4 Herberger Young Scholars Academy students win prestigious Cambridge awards

Students win for science project, analyzing language exam


Portrait of three young students

Gary K. Herberger Young Scholars Academy sophomores (from left) Jessica Finnie, Ema Saliba and Liam MacLaughlin pose at the school, which is located at ASU's West Valley campus, on Thursday, March 21. The three were named global winners of the Cambridge Science Competition for their research project on the removal of heavy metals from water. Photo by Charlie Leight/ASU News

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Michael Twilling, the executive director of the Gary K. Herberger Young Scholars Academy on Arizona State University’s West Valley campus, likes to say the school “opens doors” for its students.

“These kids often run into ceilings in a classroom because they can’t extend their learning to the degree that they’re ready for,” Twilling said. “We’re just able to accommodate that.”

Four academy students walked through that open door recently by winning awards in global competitions run by the International Education Group of Cambridge University Press and Assessment.

Three 15-year-old sophomores — Jessica Finnie, Ema Saliba and Liam McLaughlin — were named global winners of the Cambridge International Education Science Competition for their research project on the removal of heavy metals from water.

In addition, 17-year-old senior Eliana Pandelakis received a “Top in the World” award for scoring 95% on the program's AS- and A-level English language exam.

The Young Scholars Academy provides highly gifted students in grades seven to 12 an educational experience best suited to their unique needs. The school, which was created as an initiative of the Mary Lou Fulton Teachers College with a $20 million endowment from Gary and Jeanne Herberger, has 120 students, and projects to have 130 in the 2024–25 school year.

Finnie, Saliba and McLaughlin said the ability to use ASU’s resources for their project — including the use of a spectrophotometer, an instrument that measures the amount of photons absorbed after it passes through a sample solution — was vital to their research and winning the science competition.

“I think that this school gives us the resources and kind of the jumping off point for us to go where we want to go and look into what we want to look into,” McLaughlin said. “So we’re able to achieve things like this. And I’m just really grateful.”

Jars of blue water
The students' project involved removing heavy metals from water using a solution of blue copper sulfate and environmentally friendly sodium alginate polymerization. Photo by Charlie Leight/ASU News

Saliba said she and her teammates had wanted to participate in a science competition and, at the same time, address their passion about sustainability and the environment.

Using a solution of blue copper sulfate, sodium alginate polymerization and, believe it or not, the sphericals found in Boba drinks, they were able to remove heavy metals from water, a find that is critical as public schools across the country are faced with high levels of lead in drinking water.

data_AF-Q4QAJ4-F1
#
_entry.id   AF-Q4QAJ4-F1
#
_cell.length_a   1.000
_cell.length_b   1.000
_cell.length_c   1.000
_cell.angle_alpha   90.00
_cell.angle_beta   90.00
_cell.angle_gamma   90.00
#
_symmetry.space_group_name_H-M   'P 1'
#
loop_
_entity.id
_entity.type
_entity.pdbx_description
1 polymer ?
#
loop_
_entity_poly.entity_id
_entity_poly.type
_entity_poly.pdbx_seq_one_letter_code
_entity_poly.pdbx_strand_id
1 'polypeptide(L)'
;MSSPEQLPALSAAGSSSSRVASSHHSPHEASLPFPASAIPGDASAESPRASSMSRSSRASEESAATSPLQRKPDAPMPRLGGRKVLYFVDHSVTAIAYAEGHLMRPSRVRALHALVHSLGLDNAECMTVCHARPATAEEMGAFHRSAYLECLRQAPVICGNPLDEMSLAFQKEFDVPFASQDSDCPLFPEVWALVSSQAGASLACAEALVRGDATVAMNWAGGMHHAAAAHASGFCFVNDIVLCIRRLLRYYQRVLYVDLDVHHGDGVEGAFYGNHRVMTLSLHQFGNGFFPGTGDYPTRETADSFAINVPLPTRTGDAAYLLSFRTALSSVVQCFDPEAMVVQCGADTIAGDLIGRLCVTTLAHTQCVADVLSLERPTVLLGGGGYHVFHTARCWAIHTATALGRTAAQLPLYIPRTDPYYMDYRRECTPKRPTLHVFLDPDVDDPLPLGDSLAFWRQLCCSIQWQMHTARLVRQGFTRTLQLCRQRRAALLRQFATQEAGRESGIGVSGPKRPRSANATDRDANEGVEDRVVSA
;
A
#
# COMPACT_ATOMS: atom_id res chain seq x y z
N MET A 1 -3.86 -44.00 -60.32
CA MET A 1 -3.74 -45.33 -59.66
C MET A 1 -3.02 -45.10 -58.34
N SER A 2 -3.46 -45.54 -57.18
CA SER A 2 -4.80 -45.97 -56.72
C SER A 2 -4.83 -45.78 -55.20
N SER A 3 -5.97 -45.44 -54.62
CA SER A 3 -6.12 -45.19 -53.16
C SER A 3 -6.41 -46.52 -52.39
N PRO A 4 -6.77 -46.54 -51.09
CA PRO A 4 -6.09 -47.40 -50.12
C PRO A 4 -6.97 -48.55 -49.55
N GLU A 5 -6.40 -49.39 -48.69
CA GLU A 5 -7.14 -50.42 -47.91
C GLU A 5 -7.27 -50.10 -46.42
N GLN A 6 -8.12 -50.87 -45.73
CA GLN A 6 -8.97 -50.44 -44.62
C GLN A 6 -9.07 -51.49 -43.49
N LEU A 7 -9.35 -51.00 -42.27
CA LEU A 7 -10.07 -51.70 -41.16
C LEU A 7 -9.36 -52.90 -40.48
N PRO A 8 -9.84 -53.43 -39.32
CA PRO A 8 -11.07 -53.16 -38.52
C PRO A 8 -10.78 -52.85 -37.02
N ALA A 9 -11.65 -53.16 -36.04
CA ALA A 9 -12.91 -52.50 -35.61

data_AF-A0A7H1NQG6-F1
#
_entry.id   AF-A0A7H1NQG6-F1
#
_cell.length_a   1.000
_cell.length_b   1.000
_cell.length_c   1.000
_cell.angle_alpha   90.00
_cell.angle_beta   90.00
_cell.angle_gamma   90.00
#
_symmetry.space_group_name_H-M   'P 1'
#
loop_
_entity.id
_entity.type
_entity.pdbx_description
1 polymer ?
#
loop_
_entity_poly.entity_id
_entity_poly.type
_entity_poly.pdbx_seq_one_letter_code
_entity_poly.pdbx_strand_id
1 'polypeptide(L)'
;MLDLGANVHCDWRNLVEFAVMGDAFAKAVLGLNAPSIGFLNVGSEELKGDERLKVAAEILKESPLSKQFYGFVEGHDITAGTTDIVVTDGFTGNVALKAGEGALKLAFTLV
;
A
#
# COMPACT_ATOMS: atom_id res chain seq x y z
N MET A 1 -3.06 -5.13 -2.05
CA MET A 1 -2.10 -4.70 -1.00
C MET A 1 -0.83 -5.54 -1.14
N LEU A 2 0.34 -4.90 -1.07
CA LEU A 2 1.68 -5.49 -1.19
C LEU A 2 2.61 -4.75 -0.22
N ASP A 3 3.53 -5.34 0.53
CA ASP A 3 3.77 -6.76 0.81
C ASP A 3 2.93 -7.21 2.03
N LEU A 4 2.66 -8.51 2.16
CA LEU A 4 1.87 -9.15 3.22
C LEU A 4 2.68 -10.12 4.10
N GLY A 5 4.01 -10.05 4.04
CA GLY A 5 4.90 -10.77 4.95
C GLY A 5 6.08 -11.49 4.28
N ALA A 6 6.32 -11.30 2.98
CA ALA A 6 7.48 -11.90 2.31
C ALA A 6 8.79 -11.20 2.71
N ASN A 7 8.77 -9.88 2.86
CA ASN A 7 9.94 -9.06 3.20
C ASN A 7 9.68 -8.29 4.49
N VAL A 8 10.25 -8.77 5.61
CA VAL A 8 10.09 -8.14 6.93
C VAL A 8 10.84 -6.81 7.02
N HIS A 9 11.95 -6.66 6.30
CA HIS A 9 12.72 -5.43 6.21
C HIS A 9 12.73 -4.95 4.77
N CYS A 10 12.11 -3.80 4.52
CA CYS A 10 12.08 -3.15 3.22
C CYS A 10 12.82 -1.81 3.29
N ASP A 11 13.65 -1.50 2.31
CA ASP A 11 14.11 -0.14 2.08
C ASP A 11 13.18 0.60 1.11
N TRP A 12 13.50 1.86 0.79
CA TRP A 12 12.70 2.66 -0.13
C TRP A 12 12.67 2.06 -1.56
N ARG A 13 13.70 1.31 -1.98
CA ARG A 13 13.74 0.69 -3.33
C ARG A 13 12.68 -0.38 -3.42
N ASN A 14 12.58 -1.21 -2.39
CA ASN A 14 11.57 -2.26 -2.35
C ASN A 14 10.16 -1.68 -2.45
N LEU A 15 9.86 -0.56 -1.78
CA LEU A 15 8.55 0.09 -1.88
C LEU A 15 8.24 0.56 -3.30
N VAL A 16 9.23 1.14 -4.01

“Before we actually started conducting the experiment, this was all just a hypothesis,” Finnie said. “We didn’t know if this would actually work.”

When it did work — when they had their "aha" moment — it was a fulfilling feeling.

“To be awarded for researching something that not only interested us, but could also benefit the world, was a really cool experience,” Saliba said.

Said Finnie: “It was kind of like this realization that we can apply this to a field that we’re passionate about. And that’s a really good moment to have in science.”

Pandelakis won her award for language analysis. The exam, which was held over two days, included a section analyzing if advertising text made the reader want to buy something. Pandelakis also was given a sample pamphlet for a tourism company, was asked to write her own pamphlet using the information given to her and then told to analyze her own writing.

The exam had a creative writing portion, as well, in which Pandelakis was given a prompt and then had to write a short story of about 700 words.

“I thought there was no way I could have the high score,” said Pandelakis, who added that several thousand students took the exam.

Herberger Young Scholars senior Eliana Pandelakis won a Cambridge award
Gary K. Herberger Young Scholars Academy senior Eliana Pandelakis poses at the school, part of the ASU West Valley campus, on Thursday, March 21. She recently was named Cambridge International Education’s "Top in the World" for the program’s AS- and A-level English language exams. She plans to study environmental science in college. Photo by Charlie Leight/ASU News

None of the students won monetary awards for their achievement, but as Pandelakis said, the award looks good on a college application.

They all agreed on one thing: They couldn’t have done it if they weren’t part of the Young Scholars Academy.

“I think being in this environment, you’re surrounded by people who have that same drive as you have to just continue learning,” Saliba said. “I think that really motivates you. And I like being given the resources and then figuring out what we want to do with those resources.”

In other words, pick a door.

“I do like to point out that this makes us look wonderful,” Twilling said. “But, really, the truth is, we just opened those doors for the kids to walk through and then they did it all on their own.”

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